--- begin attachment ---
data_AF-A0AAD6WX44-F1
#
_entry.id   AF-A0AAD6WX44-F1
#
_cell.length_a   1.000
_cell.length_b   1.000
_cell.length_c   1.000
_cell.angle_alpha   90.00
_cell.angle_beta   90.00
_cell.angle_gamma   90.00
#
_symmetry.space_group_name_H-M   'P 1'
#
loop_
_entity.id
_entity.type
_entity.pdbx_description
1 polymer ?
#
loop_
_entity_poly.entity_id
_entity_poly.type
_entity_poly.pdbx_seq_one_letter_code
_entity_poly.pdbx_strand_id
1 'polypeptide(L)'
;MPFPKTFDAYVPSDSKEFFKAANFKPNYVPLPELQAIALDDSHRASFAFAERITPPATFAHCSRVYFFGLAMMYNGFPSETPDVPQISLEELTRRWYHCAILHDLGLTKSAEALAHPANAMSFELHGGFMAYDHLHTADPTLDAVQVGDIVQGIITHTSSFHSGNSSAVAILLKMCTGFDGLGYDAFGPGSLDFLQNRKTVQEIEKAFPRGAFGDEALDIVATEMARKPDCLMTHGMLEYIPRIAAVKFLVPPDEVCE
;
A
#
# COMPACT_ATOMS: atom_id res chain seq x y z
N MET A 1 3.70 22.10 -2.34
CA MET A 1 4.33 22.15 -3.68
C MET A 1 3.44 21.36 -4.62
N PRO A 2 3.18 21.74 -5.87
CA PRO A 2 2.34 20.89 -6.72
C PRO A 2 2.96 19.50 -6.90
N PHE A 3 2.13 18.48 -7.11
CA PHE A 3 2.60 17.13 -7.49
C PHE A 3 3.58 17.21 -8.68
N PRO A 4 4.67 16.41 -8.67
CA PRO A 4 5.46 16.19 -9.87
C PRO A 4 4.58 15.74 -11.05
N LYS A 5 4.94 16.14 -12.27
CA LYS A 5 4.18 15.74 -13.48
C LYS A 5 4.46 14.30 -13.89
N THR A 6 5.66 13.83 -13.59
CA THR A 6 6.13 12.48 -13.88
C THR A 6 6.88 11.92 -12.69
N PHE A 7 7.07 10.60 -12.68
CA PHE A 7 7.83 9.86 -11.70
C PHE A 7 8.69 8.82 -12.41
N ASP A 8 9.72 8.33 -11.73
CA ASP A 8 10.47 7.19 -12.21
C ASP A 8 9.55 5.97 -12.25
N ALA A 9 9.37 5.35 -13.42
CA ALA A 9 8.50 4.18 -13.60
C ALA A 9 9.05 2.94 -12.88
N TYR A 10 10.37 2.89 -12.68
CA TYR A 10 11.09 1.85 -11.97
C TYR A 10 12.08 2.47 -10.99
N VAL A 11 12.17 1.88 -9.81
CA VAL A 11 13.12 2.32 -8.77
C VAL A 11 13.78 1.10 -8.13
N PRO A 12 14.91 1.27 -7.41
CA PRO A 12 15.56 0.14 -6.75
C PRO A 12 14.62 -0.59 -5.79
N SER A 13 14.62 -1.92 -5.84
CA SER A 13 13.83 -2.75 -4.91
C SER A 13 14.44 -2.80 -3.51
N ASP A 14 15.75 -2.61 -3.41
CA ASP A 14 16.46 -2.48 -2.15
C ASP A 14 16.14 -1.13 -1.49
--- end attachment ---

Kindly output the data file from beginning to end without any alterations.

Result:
data_AF-A0AAD6WX44-F1
#
_entry.id   AF-A0AAD6WX44-F1
#
_cell.length_a   1.000
_cell.length_b   1.000
_cell.length_c   1.000
_cell.angle_alpha   90.00
_cell.angle_beta   90.00
_cell.angle_gamma   90.00
#
_symmetry.space_group_name_H-M   'P 1'
#
loop_
_entity.id
_entity.type
_entity.pdbx_description
1 polymer ?
#
loop_
_entity_poly.entity_id
_entity_poly.type
_entity_poly.pdbx_seq_one_letter_code
_entity_poly.pdbx_strand_id
1 'polypeptide(L)'
;MPFPKTFDAYVPSDSKEFFKAANFKPNYVPLPELQAIALDDSHRASFAFAERITPPATFAHCSRVYFFGLAMMYNGFPSETPDVPQISLEELTRRWYHCAILHDLGLTKSAEALAHPANAMSFELHGGFMAYDHLHTADPTLDAVQVGDIVQGIITHTSSFHSGNSSAVAILLKMCTGFDGLGYDAFGPGSLDFLQNRKTVQEIEKAFPRGAFGDEALDIVATEMARKPDCLMTHGMLEYIPRIAAVKFLVPPDEVCE
;
A
#
# COMPACT_ATOMS: atom_id res chain seq x y z
N MET A 1 3.70 22.10 -2.34
CA MET A 1 4.33 22.15 -3.68
C MET A 1 3.44 21.36 -4.62
N PRO A 2 3.18 21.74 -5.87
CA PRO A 2 2.34 20.89 -6.72
C PRO A 2 2.96 19.50 -6.90
N PHE A 3 2.13 18.48 -7.11
CA PHE A 3 2.60 17.13 -7.49
C PHE A 3 3.58 17.21 -8.68
N PRO A 4 4.67 16.41 -8.67
CA PRO A 4 5.46 16.19 -9.87
C PRO A 4 4.58 15.74 -11.05
N LYS A 5 4.94 16.14 -12.27
CA LYS A 5 4.18 15.74 -13.48
C LYS A 5 4.46 14.30 -13.89
N THR A 6 5.66 13.83 -13.59
CA THR A 6 6.13 12.48 -13.88
C THR A 6 6.88 11.92 -12.69
N PHE A 7 7.07 10.60 -12.68
CA PHE A 7 7.83 9.86 -11.70
C PHE A 7 8.69 8.82 -12.41
N ASP A 8 9.72 8.33 -11.73
CA ASP A 8 10.47 7.19 -12.21
C ASP A 8 9.55 5.97 -12.25
N ALA A 9 9.37 5.35 -13.42
CA ALA A 9 8.50 4.18 -13.60
C ALA A 9 9.05 2.94 -12.88
N TYR A 10 10.37 2.89 -12.68
CA TYR A 10 11.09 1.85 -11.97
C TYR A 10 12.08 2.47 -10.99
N VAL A 11 12.17 1.88 -9.81
CA VAL A 11 13.12 2.32 -8.77
C VAL A 11 13.78 1.10 -8.13
N PRO A 12 14.91 1.27 -7.41
CA PRO A 12 15.56 0.14 -6.75
C PRO A 12 14.62 -0.59 -5.79
N SER A 13 14.62 -1.92 -5.84
CA SER A 13 13.83 -2.75 -4.91
C SER A 13 14.44 -2.80 -3.51
N ASP A 14 15.75 -2.61 -3.41
CA ASP A 14 16.46 -2.48 -2.15
C ASP A 14 16.14 -1.13 -1.49